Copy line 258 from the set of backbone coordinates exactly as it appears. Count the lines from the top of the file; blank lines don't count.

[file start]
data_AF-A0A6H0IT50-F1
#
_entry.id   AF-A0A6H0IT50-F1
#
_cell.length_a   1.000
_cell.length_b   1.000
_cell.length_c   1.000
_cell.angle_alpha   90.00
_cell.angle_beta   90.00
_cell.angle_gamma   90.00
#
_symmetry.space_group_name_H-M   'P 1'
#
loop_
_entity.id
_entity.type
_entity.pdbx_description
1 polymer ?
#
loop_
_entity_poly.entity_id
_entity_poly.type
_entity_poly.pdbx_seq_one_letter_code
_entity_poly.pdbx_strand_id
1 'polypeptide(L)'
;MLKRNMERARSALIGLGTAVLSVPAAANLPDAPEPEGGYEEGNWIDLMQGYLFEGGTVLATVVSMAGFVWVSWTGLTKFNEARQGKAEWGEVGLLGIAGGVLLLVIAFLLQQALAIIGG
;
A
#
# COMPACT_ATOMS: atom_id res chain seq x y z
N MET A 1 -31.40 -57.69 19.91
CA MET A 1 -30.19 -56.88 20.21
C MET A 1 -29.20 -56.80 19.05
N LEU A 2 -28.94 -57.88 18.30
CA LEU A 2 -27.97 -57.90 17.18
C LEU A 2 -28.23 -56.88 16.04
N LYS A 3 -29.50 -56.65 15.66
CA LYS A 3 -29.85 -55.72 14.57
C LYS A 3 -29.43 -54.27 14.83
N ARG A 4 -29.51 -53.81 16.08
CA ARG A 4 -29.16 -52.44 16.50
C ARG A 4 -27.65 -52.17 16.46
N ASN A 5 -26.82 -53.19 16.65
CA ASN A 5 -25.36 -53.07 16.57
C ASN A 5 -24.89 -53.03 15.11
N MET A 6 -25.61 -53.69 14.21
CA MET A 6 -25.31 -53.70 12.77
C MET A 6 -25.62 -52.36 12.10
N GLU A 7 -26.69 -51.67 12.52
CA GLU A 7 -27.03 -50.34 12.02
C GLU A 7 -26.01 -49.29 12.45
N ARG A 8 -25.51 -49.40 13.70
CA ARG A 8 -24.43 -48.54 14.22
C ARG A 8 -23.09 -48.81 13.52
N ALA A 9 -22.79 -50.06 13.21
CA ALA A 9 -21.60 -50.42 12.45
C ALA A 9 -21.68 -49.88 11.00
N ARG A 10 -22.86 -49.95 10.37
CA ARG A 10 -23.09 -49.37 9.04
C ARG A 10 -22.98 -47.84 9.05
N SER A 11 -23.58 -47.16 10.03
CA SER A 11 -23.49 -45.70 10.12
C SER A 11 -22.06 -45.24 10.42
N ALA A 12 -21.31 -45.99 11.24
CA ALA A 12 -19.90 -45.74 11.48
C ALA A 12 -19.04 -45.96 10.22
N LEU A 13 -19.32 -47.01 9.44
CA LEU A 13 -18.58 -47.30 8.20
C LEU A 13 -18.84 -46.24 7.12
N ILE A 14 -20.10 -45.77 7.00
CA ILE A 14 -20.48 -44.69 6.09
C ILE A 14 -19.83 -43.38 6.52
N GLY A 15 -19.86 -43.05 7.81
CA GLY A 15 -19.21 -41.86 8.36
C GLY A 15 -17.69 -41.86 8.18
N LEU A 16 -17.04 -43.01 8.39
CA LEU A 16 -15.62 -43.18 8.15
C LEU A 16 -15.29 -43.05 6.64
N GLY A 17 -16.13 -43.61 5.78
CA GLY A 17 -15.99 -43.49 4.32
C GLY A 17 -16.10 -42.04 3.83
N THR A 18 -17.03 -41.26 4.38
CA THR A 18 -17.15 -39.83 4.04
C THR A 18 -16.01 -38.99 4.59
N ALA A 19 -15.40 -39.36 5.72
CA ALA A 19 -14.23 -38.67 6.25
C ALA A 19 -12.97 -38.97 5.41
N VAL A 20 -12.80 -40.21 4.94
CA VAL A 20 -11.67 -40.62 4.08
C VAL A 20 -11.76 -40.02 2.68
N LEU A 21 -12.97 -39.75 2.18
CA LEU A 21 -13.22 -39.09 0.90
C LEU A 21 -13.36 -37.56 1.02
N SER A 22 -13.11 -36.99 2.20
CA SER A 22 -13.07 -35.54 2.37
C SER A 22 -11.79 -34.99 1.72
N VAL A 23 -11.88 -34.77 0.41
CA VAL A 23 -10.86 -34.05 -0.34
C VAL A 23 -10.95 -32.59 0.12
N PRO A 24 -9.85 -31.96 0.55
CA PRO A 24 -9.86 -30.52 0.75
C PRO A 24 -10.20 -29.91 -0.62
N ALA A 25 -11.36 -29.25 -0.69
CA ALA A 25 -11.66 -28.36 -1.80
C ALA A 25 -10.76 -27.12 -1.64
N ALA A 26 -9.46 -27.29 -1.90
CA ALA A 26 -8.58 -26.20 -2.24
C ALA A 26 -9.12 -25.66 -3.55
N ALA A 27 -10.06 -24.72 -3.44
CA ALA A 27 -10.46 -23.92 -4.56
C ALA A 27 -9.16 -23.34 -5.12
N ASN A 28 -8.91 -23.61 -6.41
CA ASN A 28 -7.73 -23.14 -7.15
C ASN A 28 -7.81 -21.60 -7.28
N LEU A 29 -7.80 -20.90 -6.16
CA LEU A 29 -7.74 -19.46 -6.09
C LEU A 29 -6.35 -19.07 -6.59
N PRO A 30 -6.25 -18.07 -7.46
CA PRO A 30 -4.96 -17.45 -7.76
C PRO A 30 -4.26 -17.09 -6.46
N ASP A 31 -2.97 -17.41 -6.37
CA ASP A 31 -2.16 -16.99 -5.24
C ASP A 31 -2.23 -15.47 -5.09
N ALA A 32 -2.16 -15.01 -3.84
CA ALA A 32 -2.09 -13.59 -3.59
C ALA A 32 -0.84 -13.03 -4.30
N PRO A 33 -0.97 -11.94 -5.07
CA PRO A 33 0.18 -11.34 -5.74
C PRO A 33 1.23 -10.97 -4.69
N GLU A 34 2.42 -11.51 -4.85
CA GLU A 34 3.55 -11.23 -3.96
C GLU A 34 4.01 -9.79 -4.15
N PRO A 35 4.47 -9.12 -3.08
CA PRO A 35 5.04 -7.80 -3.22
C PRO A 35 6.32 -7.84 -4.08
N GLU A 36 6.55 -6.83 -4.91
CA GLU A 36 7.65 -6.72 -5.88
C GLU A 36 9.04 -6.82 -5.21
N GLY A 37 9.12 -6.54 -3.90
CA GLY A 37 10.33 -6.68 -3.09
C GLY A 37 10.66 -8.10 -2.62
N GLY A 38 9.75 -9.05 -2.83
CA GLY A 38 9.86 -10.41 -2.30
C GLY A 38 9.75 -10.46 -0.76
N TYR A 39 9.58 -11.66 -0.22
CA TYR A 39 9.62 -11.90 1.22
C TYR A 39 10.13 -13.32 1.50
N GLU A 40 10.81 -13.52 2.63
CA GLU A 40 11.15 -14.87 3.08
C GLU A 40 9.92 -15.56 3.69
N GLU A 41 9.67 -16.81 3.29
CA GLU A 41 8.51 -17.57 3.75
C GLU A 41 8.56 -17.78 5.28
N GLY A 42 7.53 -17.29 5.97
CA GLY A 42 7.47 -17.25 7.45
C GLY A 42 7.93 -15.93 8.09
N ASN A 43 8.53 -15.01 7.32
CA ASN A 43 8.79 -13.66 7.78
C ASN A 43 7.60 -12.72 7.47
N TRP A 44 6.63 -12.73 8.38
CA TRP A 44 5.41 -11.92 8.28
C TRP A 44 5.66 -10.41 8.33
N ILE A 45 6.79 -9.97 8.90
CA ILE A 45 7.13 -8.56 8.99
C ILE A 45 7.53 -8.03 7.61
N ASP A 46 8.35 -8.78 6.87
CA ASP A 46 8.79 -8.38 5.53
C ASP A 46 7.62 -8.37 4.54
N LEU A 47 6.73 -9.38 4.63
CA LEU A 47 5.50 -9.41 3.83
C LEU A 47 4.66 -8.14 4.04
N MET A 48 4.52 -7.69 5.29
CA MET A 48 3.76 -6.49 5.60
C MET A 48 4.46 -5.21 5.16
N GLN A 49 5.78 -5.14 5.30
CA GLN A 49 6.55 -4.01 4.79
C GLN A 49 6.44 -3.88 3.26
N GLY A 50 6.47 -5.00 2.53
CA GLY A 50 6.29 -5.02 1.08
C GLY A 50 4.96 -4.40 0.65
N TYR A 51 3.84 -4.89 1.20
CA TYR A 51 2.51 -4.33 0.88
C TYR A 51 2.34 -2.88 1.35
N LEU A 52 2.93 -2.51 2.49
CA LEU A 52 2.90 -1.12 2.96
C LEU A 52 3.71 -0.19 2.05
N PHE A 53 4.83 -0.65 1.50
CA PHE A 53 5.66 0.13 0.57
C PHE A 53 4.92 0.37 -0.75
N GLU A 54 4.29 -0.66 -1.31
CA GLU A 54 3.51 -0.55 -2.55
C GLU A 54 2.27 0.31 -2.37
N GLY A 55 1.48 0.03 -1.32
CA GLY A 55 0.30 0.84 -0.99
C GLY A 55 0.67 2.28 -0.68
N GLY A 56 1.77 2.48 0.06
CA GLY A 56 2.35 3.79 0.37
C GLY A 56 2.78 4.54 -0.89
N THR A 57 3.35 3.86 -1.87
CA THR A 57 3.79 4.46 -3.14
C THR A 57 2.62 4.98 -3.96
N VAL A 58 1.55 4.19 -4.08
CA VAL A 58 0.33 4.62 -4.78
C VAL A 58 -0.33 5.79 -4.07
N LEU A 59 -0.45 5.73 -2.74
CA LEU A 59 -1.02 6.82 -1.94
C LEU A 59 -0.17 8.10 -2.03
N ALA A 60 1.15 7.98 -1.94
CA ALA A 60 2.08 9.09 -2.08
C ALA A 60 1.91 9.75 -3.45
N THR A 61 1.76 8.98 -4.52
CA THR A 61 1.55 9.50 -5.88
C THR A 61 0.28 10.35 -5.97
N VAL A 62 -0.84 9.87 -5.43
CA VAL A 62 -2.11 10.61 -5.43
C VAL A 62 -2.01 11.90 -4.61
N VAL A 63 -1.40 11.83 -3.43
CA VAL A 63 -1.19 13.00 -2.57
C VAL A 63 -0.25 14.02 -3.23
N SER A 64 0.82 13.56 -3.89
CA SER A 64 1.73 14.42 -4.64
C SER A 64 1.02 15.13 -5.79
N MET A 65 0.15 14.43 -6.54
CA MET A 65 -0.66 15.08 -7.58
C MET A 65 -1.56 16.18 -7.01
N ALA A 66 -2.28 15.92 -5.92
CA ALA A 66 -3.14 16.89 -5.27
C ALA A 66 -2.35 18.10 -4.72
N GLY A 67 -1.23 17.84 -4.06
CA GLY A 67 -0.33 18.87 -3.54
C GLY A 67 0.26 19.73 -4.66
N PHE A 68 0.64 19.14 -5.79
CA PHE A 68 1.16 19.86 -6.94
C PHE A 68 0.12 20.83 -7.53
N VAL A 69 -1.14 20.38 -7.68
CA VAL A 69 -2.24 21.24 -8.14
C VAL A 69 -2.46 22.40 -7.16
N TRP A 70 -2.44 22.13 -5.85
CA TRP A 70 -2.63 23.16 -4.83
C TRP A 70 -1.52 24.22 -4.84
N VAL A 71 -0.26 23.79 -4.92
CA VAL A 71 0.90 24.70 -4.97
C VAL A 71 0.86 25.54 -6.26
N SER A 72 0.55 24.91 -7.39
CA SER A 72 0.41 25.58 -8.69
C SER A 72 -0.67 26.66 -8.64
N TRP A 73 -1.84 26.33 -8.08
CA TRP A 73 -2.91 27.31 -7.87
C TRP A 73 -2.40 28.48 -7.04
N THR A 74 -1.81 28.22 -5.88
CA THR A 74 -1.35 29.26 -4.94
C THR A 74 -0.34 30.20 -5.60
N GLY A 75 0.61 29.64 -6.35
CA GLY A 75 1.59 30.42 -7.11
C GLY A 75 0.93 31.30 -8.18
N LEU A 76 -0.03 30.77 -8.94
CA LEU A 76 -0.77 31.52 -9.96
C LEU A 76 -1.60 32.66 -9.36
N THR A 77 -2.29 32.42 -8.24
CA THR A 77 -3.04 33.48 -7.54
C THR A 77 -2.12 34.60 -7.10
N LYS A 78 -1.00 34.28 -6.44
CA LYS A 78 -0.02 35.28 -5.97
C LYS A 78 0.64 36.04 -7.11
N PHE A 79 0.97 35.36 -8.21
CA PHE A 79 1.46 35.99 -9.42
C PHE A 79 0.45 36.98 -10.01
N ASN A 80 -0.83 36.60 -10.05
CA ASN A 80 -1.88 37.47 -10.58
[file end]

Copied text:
C LEU A 76 -1.60 32.66 -9.36